The King of Cattle Forages
Silage has never gone out of fashion in Bath County, Kentucky, even when the lure of $6- to $8-per-bushel grain made many producers forget about chopping corn. This season, with grain prices down and beef at historically high levels, is a good time to give corn silage a second look.
The Surprising Reason ‘Pink Slime’ Meat Is Back
On Aug. 18, BPI reopened one of its shuttered plants. While production is nowhere near pre-freak-out levels, when the product BPI calls “lean finely textured beef” was estimated to be in 70% of the ground beef sold in the U.S., the company has been gradually regaining business.
Beef cattle producers have options with replacement heifers
Southwest Farm Press
Beef cattle producers may find themselves on the, well, horns of a dilemma regarding replacement heifers. They can raise them or sell them. They may want to “take the money and run,” says Texas A&M AgriLife Extension Service economist Stan Bevers, Vernon.
Rising Calf Prices Warrant Attention to Fetal Protection
“The fetus relies on the dam’s immune system for disease protection throughout most of the pregnancy,” said Jon Seeger, DVM, managing veterinarian with Zoetis. “Without protection, the fetus is at risk of abortion due to infectious bovine rhinotracheitis (IBR) virus, as well as, birth defects or potentially becoming persistently infected (PI) with the bovine viral diarrhea (BVD) virus that can then shed and continue to infect the rest of the herd.”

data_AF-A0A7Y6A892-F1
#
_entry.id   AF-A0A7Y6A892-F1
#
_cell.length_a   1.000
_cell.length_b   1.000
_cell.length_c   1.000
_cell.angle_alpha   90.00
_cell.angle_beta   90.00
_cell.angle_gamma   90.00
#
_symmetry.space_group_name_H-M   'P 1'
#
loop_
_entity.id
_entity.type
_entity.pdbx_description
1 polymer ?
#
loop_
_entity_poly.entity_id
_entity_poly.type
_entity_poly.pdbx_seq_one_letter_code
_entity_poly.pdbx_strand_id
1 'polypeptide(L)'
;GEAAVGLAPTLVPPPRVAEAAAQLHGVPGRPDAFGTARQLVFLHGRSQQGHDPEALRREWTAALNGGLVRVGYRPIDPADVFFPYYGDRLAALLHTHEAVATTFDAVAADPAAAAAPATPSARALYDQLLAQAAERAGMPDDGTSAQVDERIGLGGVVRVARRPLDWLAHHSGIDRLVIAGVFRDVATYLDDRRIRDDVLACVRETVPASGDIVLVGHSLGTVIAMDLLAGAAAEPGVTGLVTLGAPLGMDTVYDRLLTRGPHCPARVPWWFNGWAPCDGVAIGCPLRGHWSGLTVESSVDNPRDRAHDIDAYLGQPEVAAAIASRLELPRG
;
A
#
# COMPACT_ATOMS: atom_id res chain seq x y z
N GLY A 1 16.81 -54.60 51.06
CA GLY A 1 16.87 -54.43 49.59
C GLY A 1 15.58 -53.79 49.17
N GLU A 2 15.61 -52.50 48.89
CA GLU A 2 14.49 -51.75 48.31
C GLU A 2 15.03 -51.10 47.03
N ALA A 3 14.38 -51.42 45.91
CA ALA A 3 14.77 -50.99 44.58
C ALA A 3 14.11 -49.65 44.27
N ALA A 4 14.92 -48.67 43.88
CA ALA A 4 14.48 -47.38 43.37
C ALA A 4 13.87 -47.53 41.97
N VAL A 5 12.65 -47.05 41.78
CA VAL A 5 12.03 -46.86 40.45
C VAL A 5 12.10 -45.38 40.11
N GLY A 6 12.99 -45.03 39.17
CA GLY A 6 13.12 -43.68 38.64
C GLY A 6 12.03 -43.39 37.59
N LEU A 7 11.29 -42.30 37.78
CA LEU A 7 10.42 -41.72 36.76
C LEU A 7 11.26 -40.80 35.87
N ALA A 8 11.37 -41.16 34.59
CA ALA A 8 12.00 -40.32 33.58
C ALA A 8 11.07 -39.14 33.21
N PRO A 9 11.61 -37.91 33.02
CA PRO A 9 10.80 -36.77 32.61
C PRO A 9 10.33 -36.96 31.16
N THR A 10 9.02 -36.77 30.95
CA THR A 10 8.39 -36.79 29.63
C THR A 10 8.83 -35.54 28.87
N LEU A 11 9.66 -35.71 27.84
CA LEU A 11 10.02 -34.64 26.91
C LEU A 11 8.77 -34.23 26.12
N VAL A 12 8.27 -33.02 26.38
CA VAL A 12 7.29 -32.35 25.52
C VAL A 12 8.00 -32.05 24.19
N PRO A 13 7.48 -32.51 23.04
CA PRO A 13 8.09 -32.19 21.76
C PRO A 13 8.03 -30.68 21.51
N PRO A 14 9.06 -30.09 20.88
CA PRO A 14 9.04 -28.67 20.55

Using Ultrasound to Market and Manage Cows and Heifers
The use of ultrasound in the beef industry is growing but the question remains, “How can it create more dollars in my pocket?” Traditionally open heifers and cows are sold after weaning when cull prices are at the seasonal low. – See more at:
Breeding a drought-adapted cow
The U.S. has been plagued with intermittent drought throughout its history. One of the most noted was the Dust Bowl drought, a natural disaster that severely affected much of our country during the 1930s. The drought came in three waves: 1934, 1936 and 1939 through 1940.
How kids’ livestock shows became a cutthroat (and expensive) business
Tiffany LaRue, 17, had not been lucky with her pigs this year. One had its placenta detach, killing the embryos. Another was supposed to have been pregnant when they bought her, but wasn’t. Another, LaRue said, just simply didn’t take.